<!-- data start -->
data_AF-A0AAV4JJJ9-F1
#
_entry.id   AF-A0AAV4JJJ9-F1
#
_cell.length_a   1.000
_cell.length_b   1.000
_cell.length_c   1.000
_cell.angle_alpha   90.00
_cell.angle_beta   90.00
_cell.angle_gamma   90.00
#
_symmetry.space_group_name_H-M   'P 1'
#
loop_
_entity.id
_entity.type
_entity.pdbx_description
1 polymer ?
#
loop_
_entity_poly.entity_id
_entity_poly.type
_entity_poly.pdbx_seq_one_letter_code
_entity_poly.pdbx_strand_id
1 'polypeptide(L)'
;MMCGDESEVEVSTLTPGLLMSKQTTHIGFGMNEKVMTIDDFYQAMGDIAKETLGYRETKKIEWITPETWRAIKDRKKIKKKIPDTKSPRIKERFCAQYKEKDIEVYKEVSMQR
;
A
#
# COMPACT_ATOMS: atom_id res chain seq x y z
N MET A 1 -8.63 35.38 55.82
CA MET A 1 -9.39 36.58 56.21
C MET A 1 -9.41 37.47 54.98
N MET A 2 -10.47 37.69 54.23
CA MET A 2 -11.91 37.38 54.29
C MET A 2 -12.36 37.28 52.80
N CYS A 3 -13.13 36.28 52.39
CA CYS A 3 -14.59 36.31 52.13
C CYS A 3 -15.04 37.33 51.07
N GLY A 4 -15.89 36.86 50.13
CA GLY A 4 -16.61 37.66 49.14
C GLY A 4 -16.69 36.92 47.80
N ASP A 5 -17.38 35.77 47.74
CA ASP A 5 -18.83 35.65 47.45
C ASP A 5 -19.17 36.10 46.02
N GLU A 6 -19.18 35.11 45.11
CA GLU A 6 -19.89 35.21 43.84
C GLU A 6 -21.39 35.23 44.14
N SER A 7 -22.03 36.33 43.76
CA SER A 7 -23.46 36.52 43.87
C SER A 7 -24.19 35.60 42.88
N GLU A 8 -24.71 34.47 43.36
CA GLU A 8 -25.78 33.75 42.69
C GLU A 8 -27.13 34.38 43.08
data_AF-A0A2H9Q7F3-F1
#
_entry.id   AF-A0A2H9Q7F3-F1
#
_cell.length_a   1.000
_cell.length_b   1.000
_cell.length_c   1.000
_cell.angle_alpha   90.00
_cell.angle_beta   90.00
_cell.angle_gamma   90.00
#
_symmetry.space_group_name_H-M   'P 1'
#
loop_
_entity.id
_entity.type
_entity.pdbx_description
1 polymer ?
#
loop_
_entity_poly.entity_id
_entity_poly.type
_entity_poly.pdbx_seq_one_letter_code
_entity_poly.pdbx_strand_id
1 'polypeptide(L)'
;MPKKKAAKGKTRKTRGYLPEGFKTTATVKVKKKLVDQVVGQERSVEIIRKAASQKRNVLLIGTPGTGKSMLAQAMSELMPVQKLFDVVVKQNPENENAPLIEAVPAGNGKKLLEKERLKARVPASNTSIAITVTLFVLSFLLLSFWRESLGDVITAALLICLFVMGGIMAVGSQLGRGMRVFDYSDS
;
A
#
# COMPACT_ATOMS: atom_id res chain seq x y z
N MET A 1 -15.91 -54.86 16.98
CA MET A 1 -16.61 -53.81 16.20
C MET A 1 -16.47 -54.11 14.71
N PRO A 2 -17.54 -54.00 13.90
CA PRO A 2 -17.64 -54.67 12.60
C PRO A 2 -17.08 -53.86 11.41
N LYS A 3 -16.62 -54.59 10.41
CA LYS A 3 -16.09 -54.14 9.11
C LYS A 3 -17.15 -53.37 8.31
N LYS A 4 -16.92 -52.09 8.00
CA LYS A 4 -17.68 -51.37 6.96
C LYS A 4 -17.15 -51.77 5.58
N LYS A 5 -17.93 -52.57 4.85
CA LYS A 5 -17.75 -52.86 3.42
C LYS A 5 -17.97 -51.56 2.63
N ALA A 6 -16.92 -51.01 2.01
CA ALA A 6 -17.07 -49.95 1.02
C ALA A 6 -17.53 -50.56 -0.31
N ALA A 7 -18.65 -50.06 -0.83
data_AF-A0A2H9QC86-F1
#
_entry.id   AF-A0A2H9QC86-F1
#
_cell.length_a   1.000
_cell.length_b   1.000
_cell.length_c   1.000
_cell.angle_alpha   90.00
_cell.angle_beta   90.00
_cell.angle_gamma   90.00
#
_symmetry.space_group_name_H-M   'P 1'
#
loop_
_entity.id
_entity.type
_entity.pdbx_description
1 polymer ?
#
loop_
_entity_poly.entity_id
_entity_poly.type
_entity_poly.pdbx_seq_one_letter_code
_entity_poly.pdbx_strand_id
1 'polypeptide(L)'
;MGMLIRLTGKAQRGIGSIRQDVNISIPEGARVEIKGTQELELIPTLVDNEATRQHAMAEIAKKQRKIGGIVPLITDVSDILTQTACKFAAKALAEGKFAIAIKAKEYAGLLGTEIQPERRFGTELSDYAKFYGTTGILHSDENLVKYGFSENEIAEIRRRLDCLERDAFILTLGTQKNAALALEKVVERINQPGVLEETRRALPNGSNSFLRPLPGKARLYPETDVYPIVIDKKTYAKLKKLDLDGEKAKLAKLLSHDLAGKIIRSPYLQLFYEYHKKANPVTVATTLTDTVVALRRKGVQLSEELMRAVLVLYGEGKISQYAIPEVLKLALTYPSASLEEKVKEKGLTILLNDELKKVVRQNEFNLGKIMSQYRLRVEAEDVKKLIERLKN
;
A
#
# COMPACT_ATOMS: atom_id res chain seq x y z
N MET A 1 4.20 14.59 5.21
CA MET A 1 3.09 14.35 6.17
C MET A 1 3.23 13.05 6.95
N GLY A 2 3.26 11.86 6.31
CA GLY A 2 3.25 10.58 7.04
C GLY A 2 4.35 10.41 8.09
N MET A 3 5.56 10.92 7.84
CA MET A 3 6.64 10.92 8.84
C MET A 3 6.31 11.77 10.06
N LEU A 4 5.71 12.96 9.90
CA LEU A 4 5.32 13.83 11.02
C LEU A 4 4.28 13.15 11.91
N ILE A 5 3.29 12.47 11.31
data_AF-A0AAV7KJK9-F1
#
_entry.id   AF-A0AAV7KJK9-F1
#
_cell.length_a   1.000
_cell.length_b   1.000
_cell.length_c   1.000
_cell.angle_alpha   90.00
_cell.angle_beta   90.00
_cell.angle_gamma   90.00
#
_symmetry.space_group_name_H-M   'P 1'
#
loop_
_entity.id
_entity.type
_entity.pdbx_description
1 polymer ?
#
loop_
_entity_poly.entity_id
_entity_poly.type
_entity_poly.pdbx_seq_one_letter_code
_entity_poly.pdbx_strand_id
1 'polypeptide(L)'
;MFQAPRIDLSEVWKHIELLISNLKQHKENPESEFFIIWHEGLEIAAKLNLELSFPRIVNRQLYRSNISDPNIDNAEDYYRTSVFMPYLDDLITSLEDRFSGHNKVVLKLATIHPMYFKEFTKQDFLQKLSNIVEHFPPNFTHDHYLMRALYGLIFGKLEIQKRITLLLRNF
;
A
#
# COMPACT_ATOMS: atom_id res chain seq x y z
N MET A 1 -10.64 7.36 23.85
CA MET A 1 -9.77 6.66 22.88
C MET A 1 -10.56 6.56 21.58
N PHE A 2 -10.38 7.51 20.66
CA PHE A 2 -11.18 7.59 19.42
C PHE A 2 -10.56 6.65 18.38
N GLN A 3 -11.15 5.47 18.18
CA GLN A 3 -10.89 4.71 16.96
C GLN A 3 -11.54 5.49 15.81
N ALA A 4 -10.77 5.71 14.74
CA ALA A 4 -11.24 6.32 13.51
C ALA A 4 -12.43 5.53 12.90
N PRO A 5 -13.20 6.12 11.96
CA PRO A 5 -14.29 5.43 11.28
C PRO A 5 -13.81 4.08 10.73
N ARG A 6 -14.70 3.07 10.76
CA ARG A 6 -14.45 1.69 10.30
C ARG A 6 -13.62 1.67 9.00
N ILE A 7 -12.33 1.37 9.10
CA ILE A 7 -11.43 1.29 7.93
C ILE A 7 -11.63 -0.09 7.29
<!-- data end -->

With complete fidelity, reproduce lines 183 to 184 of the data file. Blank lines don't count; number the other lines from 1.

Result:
N GLN A 3 -11.15 5.47 18.18
CA GLN A 3 -10.89 4.71 16.96